Mighty River Power is broadly hinting that it might ramp up its dividend payments in the coming year as it surveys a share price that has dipped far below the $2.50 at which the stock was sold to the public earlier this year.
But investors, who have seen the share price sink from the $2.50 issue price to a closing price of $2.19 yesterday, will probably be most interested in the dividends the company can offer in future earnings periods.
Before the float MRP was forecasting an increase in full-year dividend payout from 12c a share in 2012-13 - which has been achieved - to 13c a share in 2013-14.
However, in announcing the results, chairperson Joan Withers said in respect to capital management the board "would take into account the lower debt at year end as a result of the operating out-performance and lower capital expenditure relative to [forecasts] as well as the lower capital expenditure now planned for FY2014".
The company's planning to update shareholders on earnings for the coming year at its annual meeting on November 7, but the comments appear a clear signal that the company will be holding back on expenditure this year in order to push for higher dividends.
If MRP does lift its dividends to higher than forecast this year, that would bring its strategy very much into line with that being employed by the Government over the next state asset to be partially floated, Meridian Energy.
As was revealed last week, Meridian - which is much bigger than MRP - is going to be sold in instalments, with investors only paying 60% of the price of their shares upfront, with the rest deferred for 18 months, and a higher rate of dividends therefore achieved during that period.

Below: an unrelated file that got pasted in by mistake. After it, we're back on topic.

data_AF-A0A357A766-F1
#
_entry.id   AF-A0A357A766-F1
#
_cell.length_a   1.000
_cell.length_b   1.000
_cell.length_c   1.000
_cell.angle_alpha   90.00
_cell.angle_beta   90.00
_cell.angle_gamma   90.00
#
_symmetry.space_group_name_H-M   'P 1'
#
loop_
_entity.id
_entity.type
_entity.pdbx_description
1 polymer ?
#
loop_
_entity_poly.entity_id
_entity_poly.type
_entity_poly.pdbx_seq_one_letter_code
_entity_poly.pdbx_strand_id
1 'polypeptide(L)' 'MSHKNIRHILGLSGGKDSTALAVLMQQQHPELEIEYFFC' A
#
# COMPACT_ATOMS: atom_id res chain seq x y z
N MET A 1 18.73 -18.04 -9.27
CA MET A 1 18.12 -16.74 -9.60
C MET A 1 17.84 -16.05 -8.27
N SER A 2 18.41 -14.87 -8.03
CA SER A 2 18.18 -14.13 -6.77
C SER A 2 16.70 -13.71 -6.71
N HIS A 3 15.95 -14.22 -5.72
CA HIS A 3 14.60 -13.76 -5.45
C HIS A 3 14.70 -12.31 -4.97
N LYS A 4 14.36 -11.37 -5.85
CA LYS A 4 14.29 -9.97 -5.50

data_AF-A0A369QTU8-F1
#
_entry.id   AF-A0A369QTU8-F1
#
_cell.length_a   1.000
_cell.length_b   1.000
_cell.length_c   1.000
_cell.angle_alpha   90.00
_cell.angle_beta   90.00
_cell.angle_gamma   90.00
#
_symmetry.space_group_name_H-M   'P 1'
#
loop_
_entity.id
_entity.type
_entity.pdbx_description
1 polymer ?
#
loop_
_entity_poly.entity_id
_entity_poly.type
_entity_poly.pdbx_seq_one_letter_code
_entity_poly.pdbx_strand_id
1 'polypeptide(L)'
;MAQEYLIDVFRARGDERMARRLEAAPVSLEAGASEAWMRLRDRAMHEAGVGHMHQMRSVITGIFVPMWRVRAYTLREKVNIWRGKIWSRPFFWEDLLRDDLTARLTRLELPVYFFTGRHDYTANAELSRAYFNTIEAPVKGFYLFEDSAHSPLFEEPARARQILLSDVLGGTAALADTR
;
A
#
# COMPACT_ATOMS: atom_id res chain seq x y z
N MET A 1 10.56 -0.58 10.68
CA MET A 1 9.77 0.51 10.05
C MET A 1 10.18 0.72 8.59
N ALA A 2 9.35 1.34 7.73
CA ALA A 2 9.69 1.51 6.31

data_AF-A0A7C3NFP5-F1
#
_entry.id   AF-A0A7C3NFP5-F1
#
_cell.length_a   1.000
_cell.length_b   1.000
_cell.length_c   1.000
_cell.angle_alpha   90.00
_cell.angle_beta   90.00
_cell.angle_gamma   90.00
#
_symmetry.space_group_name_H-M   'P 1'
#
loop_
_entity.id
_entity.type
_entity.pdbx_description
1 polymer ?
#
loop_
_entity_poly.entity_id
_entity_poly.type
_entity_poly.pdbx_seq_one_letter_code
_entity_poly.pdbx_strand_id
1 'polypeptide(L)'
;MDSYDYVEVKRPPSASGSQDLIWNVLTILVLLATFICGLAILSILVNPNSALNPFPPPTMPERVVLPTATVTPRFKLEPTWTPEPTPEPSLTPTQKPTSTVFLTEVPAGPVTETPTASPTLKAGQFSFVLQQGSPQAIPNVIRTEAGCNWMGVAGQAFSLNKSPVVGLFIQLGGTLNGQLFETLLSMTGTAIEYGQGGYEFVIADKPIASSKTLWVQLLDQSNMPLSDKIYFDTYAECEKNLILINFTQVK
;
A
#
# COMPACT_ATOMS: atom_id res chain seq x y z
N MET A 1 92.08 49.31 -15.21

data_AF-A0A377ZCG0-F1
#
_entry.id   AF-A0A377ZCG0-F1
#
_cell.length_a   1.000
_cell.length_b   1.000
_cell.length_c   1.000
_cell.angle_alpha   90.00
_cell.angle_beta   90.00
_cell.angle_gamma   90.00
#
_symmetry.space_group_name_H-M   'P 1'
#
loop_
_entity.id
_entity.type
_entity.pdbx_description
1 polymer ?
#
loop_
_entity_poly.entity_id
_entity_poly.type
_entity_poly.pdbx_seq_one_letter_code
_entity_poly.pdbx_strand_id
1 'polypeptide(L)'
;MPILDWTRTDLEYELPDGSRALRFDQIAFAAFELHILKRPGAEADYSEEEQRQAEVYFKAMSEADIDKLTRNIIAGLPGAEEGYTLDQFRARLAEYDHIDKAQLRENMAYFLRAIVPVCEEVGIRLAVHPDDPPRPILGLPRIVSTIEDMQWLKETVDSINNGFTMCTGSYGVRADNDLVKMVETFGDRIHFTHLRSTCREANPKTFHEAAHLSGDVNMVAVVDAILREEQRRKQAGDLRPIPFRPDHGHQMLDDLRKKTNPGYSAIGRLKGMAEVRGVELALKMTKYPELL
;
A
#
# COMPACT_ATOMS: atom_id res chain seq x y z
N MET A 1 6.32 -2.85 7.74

The Government's trying to ensure that there will be sufficient interest in Meridian to enable it to raise in excess of $2 billion from selling 49% of it. See here for articles on SOE floats.
Earlier this year MRP raised just under $1.7 billion for the Government. However, the outcome was nowhere near as good as appeared likely early on when as many as 440,000 would-be investors pre-registered interest.
In the event, only about 113,000 investors signed up after uncertainty created by a Labour-Greens policy to move to a single buyer of electricity, plus huge uncertainty over the future of the Tiwai Point aluminium smelter, which buys about 13% of New Zealand's total power output from Meridian.
Earlier this month, of course, a deal was struck between Meridian and the smelter's ultimate controllers, international resources giant Rio Tinto - with the help of $30 million of NZ taxpayers' money - that will see the smelter remain open till at least 2017.
In terms of making the Meridian share offer as inviting as possible, the Government will be keen to see returns to investors front-loaded before 2017, at which point the whole NZ power industry is likely to be subject to great uncertainty.
The Government is aiming to raise $5 billion to $7 billion from its partial privatisation programme.
The money from the sale of assets will be redirected into new assets such as roading and hospitals. Success of the policy is pivotal for the Government achieving its target of a budget surplus in 2015 because while the receipts from the asset sales and reinvestment into new assets will be treated as capital spending - if the Government's asset sales programme is not successful it would be faced with the option of either cutting back on spending for new assets - or borrowing more - leading to a deficit.
After the Meridian float, Genesis Energy is the one remaining big asset, although there is also the matter of selling down the 74% holding in Air New Zealand to 51%.